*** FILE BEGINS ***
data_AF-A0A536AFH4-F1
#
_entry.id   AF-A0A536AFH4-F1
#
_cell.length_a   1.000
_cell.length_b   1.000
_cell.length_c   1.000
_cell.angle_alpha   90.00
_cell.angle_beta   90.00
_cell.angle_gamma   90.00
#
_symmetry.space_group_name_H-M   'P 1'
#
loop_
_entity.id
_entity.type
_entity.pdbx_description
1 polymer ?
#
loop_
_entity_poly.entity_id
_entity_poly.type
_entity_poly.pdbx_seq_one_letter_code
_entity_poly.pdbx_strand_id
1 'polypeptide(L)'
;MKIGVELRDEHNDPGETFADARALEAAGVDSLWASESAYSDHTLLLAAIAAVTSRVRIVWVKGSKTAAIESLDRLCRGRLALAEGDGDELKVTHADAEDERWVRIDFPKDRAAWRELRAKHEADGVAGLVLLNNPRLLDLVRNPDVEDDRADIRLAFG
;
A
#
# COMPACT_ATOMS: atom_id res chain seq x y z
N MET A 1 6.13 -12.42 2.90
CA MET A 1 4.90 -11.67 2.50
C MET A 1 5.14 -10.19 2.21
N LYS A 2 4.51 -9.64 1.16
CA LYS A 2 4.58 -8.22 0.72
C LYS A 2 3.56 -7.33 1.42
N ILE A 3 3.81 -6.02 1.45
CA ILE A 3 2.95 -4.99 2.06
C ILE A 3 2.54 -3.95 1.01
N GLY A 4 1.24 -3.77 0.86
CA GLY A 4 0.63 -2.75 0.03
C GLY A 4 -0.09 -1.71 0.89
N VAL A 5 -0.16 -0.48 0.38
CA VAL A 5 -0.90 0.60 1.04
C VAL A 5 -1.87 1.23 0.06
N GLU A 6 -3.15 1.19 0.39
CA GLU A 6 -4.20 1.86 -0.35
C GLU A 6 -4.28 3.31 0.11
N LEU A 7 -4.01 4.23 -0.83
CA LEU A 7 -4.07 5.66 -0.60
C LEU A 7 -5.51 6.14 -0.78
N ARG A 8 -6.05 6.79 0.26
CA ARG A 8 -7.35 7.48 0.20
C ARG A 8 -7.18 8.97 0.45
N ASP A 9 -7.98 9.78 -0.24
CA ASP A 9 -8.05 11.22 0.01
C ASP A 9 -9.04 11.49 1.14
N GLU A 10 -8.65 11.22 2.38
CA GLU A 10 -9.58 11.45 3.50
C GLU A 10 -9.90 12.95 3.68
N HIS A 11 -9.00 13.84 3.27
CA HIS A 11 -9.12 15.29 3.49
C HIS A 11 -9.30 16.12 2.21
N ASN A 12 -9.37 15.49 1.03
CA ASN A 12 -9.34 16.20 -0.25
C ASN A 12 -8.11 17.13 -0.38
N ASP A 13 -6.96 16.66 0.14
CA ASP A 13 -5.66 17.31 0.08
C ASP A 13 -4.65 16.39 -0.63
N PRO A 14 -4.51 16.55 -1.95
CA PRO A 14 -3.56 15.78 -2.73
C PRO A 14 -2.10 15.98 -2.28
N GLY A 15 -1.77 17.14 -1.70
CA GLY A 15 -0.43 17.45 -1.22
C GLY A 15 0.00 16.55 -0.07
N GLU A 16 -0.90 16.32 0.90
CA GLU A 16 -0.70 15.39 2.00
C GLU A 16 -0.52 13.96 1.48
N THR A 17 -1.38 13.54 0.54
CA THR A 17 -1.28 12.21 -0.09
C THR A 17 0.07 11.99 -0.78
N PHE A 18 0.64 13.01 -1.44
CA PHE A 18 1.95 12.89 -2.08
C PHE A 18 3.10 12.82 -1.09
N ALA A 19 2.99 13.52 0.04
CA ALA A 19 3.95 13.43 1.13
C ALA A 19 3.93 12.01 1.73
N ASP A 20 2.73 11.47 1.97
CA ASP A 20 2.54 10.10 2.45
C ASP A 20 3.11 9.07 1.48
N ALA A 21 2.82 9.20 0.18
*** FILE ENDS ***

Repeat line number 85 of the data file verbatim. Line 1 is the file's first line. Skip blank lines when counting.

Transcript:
N ALA A 19 2.99 13.52 0.04